We often hear about actors transforming themselves to play a role. What happens when the role transforms the actor? That is Tara Ochs’ story.
Ochs appeared in the 2014 Oscar-winning film “Selma,” the story of Dr. Martin Luther King Jr.’s march from Selma, Alabama, to Montgomery to secure equal voting rights for African Americans. She played Viola Liuzzo, the lone white woman to be killed during the Civil Rights Movement, and that role led her on a path of self-discovery and enlightenment. She has written a one-woman show called “White Woman in Progress” which opens at 7 Stages next week.
“I’m still going back and forth [on the title],” she told City Lights host Lois Reitzes. “It can feel divisive: ‘I’m a white woman, you’re a black woman,’ where it’s putting these labels, and we get tense about labels. It’s not an easy process to dig into this.”
The actor has been developing the show with 7 Stages over the past year. The show has Ochs portraying more than 20 different characters, including her mother, herself at age 8, and even some of her “Selma” castmates and director Ava Duvernay.
“That was a scary one. I don’t want to do a caricature, I want to portray a human. She’s a person that I put on a pedestal,” Ochs said.
“[The show is about] this idea of this experience of white privilege,” she said, “of living in your own personal filter that, to some degree, you’ll never be able to get past.”
The show parallels Liuzzo’s story with Ochs’ own journey to finding her way into that character, which included a lot of research. In telling those stories, Ochs found that she had to portray not only herself and her heroes, but those who had opposed the movement for Civil Rights as well.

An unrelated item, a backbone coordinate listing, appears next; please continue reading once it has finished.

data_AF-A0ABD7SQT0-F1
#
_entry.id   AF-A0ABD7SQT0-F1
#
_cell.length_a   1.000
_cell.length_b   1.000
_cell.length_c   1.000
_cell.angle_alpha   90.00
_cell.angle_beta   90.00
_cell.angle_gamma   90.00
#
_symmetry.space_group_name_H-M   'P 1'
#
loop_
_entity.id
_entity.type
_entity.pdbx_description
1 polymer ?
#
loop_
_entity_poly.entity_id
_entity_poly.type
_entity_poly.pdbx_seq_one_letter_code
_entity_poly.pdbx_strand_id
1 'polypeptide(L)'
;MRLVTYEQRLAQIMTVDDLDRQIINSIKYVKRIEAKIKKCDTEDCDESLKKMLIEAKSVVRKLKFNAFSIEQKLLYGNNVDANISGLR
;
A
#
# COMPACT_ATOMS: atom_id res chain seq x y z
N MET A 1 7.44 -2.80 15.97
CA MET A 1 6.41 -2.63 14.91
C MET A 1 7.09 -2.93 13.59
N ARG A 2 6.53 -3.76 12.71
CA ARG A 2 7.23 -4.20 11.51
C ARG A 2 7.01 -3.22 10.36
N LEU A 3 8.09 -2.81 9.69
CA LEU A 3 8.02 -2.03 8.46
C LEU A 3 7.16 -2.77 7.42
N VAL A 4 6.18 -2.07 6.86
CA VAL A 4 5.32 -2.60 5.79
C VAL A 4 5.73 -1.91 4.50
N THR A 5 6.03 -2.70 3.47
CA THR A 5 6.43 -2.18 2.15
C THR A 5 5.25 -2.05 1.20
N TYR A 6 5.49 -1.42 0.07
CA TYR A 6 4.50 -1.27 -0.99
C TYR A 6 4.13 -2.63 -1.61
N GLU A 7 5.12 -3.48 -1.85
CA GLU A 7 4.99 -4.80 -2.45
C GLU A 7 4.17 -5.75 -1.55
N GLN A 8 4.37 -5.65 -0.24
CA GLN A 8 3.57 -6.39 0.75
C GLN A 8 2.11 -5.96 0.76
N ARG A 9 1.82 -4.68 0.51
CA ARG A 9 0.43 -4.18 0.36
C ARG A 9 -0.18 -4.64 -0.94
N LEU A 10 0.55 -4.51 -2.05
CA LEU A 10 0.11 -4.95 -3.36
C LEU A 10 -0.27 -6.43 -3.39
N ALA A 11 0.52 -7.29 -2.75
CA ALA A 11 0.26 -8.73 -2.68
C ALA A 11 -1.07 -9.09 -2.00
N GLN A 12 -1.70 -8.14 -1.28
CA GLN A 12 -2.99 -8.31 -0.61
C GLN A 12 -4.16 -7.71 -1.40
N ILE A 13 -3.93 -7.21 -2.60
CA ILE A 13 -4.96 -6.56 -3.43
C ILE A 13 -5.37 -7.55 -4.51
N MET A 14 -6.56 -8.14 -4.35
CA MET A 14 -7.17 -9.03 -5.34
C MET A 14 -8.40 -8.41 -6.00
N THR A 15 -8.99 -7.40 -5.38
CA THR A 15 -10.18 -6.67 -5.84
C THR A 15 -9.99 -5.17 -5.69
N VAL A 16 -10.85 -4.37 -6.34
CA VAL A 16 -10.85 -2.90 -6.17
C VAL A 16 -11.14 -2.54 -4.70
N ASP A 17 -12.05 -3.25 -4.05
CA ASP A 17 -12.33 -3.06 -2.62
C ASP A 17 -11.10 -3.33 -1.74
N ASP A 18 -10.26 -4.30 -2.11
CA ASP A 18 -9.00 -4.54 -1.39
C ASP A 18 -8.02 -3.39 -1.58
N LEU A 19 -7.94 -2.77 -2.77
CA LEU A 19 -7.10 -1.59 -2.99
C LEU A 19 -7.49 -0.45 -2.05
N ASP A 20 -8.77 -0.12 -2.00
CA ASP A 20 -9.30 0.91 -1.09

“I can’t say that I’ve truly understood some of the people I’ve experienced and been exposed to in this process,” Ochs said of the show’s extensive character work, “but that’s the point of non-violence principals. You can’t ask someone to hear you unless you’re willing to hear them. It’s a starting place, anyway.”
In conversation and in the show itself, Ochs acknowledges the difficulty of the subject matter.
“Race is part of the conversation, we can’t pretend it’s not there,” she said. “But we can acknowledge that there’s parts of it that are uncomfortable to discuss and that we’re willing to handle that uncomfortableness because that’s the least of the problems in order to make change, right?”
"White Woman in Progress" is at 7 Stages March 17 through April 9.